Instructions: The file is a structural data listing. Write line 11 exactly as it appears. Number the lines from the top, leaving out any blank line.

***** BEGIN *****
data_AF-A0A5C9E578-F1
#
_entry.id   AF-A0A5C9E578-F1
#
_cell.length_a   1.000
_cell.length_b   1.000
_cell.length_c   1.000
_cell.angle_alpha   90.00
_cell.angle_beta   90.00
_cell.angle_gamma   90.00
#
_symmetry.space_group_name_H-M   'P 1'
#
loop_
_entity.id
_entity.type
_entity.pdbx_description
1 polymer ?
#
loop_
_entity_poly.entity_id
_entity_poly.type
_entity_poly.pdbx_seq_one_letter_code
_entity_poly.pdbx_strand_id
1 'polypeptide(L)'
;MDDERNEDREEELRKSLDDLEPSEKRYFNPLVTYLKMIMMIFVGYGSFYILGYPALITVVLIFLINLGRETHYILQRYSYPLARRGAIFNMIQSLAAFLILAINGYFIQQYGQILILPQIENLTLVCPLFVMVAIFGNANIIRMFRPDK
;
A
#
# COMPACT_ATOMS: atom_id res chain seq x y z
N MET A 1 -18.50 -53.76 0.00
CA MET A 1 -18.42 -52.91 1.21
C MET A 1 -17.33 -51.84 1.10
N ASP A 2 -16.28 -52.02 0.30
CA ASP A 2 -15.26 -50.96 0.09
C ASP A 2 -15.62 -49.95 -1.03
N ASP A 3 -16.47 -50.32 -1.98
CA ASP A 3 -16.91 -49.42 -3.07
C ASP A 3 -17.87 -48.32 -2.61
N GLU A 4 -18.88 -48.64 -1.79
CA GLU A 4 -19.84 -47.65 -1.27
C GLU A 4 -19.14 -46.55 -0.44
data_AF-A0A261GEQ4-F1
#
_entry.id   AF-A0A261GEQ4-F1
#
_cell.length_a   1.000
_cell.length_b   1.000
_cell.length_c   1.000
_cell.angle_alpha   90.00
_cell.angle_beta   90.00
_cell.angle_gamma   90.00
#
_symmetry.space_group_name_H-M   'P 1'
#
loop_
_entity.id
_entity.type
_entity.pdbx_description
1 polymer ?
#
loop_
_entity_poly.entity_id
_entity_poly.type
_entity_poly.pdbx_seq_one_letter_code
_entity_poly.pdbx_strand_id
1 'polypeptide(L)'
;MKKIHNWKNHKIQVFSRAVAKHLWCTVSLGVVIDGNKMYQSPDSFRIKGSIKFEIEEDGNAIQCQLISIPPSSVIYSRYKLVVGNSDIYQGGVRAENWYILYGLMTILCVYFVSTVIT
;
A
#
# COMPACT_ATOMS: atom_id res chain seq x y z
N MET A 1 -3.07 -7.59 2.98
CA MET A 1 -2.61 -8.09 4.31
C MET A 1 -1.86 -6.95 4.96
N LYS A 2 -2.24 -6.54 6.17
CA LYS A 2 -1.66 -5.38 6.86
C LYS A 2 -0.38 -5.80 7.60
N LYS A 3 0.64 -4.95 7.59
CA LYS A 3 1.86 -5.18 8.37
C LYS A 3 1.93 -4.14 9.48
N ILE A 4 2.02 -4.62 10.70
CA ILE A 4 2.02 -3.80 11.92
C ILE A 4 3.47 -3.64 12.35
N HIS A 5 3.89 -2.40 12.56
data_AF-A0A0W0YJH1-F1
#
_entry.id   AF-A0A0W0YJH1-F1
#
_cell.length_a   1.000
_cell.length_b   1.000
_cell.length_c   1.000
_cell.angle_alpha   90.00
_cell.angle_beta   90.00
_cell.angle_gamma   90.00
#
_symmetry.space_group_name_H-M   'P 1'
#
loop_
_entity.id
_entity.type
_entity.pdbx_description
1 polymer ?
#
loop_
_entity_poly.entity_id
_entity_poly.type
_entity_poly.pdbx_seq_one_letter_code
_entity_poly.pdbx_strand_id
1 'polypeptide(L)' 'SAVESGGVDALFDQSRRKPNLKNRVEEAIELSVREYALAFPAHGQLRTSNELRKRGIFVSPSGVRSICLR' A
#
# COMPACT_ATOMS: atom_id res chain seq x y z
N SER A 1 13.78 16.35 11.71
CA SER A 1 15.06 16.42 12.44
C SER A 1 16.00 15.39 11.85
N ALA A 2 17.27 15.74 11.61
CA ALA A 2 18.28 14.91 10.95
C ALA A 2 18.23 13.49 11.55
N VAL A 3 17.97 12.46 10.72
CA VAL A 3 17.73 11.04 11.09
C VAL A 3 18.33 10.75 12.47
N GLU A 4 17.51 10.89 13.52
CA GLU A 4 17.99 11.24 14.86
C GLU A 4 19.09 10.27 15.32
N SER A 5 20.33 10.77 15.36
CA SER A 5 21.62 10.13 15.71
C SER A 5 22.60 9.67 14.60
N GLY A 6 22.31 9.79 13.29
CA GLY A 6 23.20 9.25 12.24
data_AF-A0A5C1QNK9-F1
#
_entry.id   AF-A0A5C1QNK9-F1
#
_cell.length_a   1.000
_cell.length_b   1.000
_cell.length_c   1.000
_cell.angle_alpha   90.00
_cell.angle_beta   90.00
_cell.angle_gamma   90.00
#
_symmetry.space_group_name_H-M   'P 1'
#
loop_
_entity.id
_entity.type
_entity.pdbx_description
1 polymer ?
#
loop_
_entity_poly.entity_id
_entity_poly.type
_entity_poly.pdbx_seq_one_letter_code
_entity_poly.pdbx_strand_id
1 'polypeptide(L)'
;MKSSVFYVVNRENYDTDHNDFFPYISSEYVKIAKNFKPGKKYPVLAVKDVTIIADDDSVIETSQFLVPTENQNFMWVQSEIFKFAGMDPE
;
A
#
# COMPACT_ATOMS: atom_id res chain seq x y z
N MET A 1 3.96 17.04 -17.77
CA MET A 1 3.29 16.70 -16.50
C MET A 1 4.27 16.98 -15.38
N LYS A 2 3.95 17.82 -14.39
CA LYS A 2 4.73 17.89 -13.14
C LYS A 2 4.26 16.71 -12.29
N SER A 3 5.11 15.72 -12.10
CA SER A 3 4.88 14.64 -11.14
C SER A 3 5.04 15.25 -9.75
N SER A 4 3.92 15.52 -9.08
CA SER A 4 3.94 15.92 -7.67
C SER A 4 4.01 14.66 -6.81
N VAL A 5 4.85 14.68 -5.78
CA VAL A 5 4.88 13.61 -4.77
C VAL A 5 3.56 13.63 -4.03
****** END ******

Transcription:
#